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I'm assuming this means that ように can sometimes mean 'similar to' or 'in order' depending on the context while ような can only mean similar to
Yes. ADoBJG has entries on yōni(1) ('in order to'), yōni(2) ('similar to'), and yōna. I thought you had looked at them when you first ran into trouble mistaking an 'in order to' for a 'similar to'.



Regardless, what's the best way to word かぜのような? I realize it means: "something similar to a cold". Also, could I remove the の there? If so, would the meaning remain the same?

No, you can't remove the の, it's a necessary connector for a noun.

かぜのような体の具合 is literally "a condition of the body like a cold", but the matching natural expression in English is "cold-like symptoms".

For general translation of かぜのような you'll have to take it case-by-case, but "cold-like" or "like a cold" are common.
 
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Toritoribe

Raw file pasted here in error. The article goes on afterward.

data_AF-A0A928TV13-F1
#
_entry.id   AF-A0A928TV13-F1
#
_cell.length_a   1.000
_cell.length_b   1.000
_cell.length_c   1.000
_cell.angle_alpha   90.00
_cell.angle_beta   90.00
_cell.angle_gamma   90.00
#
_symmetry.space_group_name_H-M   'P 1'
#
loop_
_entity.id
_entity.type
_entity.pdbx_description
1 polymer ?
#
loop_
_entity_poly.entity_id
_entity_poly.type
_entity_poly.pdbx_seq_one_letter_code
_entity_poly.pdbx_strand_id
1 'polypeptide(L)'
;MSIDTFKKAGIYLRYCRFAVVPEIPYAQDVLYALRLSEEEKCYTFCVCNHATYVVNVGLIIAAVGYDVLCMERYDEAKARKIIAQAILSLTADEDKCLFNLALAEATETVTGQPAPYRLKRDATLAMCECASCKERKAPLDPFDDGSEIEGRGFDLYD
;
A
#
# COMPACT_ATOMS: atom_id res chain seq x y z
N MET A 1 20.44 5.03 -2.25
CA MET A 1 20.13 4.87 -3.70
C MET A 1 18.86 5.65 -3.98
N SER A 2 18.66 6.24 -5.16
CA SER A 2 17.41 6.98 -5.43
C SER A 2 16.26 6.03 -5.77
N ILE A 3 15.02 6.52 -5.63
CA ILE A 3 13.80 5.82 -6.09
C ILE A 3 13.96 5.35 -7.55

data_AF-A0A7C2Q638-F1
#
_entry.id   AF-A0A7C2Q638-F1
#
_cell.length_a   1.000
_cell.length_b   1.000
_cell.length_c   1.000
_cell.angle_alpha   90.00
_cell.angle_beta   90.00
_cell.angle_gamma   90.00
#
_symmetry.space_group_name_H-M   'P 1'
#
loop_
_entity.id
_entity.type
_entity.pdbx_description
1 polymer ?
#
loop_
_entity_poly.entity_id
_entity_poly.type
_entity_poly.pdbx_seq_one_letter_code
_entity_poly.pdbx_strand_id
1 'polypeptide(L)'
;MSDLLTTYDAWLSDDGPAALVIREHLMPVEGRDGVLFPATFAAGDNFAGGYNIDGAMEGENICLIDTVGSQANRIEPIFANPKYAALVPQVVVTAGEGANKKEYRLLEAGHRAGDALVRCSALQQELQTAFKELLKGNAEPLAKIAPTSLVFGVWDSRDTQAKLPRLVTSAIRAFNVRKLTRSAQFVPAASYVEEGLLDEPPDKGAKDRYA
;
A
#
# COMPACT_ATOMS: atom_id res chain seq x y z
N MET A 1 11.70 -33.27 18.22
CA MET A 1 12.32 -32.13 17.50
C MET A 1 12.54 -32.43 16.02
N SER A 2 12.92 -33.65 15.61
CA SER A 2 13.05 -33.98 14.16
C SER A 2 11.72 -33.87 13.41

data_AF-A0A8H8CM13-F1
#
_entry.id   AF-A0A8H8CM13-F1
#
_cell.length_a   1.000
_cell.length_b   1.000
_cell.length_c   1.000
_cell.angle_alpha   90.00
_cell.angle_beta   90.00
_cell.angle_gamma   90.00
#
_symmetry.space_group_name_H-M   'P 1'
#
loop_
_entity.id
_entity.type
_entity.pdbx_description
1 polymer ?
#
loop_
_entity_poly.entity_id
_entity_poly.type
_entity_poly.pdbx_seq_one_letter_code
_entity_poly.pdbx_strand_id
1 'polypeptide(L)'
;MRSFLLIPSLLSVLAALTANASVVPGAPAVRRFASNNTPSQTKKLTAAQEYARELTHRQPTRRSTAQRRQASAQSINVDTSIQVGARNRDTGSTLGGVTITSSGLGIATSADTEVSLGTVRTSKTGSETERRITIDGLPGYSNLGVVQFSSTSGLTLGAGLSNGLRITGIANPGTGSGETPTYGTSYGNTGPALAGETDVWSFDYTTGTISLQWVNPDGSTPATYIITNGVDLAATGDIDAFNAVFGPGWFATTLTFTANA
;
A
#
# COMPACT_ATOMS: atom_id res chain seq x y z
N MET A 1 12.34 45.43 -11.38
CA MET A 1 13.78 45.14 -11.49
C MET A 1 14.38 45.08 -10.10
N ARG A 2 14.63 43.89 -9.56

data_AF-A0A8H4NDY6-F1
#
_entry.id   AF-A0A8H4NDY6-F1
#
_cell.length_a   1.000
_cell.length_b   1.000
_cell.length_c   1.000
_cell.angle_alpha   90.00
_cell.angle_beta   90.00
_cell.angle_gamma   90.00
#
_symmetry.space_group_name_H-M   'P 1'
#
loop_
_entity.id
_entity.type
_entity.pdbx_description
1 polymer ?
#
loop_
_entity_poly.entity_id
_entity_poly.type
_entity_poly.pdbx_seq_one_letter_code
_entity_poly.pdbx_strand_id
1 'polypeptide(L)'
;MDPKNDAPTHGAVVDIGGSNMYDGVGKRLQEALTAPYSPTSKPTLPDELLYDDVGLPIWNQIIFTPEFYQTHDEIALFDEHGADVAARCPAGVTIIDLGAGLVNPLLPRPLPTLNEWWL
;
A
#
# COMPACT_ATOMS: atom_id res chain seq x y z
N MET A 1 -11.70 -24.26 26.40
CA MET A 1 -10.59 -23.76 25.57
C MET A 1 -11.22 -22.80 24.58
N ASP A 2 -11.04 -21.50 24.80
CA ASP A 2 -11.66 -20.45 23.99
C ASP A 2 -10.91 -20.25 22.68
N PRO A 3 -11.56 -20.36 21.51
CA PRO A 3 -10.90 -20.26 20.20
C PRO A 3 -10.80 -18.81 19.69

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I just realized something, since both ために and ように can mean 'in order to'... what's the difference or are they simply interchangeable?
I already explained about the two meanings of ~ため(に).
Aため(に)B
when the subject of B can control A: "in order to"
when the subject of B can't control A: "because"

Aよう(に)B
when the subject of B can control A: "like/as if"
when the subject of B can't control A: "in order to"

Refer to the following thread about ~よう(に).

Thus, they are not interchangeable.

The things explained in the page Chiris-san provided (negative, potential, volitional/non-volitional, the subjects are different in the two clauses etc.) are about "whether the subject of B can control A or not" after all.